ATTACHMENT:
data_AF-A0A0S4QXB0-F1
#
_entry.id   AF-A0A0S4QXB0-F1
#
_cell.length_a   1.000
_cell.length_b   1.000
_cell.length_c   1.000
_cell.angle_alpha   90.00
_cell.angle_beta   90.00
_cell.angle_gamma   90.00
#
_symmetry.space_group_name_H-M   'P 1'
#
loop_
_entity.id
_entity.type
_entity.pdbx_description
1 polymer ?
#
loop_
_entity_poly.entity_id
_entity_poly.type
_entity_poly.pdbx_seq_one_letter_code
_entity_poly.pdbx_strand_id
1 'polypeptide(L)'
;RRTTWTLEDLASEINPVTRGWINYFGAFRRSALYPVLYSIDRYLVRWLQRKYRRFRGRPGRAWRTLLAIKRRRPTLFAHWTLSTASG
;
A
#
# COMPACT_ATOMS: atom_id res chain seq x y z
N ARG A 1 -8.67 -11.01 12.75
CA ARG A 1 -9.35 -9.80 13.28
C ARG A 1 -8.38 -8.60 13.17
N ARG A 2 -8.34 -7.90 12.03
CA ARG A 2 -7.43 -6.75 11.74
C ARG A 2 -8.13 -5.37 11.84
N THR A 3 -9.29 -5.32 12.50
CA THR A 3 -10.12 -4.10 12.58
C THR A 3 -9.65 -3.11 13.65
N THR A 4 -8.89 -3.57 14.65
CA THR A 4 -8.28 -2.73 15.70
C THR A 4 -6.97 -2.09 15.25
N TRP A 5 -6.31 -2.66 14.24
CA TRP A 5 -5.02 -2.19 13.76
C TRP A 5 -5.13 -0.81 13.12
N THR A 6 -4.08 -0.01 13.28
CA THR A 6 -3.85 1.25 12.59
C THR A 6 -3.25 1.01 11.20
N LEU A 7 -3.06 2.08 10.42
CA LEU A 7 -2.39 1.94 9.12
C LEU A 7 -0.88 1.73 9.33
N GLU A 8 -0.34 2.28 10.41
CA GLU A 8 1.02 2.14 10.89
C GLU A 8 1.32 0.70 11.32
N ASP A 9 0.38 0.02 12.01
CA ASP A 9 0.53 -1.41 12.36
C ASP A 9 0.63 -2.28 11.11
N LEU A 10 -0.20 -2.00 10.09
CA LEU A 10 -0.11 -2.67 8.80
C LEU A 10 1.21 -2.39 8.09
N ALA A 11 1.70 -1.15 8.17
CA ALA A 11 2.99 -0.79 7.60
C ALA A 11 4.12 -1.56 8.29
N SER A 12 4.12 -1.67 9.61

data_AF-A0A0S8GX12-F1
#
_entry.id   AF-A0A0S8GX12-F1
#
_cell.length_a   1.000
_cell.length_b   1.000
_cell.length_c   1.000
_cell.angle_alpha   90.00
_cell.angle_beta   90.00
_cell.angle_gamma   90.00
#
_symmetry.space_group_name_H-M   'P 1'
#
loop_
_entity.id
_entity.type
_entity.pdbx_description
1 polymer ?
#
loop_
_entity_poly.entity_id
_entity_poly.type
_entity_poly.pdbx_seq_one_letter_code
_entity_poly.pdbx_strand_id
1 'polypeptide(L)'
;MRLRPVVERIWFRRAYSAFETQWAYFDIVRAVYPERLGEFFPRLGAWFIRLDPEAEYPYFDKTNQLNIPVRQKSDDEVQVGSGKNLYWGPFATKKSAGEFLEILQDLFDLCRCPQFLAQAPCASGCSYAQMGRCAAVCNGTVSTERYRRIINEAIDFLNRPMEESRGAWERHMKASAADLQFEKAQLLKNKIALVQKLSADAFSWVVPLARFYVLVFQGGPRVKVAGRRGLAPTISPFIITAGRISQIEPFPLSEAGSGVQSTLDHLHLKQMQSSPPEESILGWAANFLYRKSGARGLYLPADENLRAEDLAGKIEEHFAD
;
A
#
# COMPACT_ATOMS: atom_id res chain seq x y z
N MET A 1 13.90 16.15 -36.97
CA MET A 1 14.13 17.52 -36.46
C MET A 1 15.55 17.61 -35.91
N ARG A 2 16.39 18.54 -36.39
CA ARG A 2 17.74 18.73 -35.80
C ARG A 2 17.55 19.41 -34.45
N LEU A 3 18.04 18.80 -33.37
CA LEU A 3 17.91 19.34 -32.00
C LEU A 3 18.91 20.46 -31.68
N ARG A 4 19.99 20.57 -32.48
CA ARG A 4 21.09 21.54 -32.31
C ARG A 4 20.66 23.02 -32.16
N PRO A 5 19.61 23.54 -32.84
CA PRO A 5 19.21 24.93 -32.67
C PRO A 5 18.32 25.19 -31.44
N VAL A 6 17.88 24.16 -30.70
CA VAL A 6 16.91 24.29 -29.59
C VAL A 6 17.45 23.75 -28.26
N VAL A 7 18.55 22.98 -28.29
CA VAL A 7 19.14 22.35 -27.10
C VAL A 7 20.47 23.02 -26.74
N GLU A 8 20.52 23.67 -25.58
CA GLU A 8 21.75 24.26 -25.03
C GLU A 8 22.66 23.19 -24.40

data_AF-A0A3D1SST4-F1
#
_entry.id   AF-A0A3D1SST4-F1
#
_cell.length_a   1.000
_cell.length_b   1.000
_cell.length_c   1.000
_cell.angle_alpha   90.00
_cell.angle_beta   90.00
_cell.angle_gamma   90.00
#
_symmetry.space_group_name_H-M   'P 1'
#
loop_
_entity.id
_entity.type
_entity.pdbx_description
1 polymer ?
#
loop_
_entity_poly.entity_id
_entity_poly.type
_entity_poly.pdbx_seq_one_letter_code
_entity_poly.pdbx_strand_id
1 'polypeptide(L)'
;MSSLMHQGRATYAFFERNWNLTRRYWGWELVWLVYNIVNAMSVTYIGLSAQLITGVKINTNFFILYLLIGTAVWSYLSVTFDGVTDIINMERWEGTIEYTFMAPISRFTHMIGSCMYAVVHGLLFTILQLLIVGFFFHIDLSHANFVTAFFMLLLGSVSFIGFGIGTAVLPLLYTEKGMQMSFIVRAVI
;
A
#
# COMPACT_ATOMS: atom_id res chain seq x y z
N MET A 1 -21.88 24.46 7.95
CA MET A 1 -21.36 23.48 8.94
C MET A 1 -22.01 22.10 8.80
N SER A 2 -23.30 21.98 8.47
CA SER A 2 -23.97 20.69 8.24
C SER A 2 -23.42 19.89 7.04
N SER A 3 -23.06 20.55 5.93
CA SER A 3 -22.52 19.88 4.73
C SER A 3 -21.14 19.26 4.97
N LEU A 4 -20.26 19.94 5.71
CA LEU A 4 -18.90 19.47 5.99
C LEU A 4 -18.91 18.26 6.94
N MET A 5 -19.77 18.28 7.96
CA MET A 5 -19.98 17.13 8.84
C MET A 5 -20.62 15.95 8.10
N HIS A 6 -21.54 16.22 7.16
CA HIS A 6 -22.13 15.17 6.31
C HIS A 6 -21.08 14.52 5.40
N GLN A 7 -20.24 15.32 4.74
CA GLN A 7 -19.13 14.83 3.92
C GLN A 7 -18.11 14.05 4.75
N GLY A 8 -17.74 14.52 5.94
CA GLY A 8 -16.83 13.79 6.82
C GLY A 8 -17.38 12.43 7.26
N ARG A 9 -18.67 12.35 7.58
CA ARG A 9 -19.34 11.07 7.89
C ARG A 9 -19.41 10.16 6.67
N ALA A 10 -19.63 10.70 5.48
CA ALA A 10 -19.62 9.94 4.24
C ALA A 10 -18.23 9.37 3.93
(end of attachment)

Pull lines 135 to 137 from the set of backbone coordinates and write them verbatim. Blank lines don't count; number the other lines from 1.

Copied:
_entity.pdbx_description
1 polymer ?
#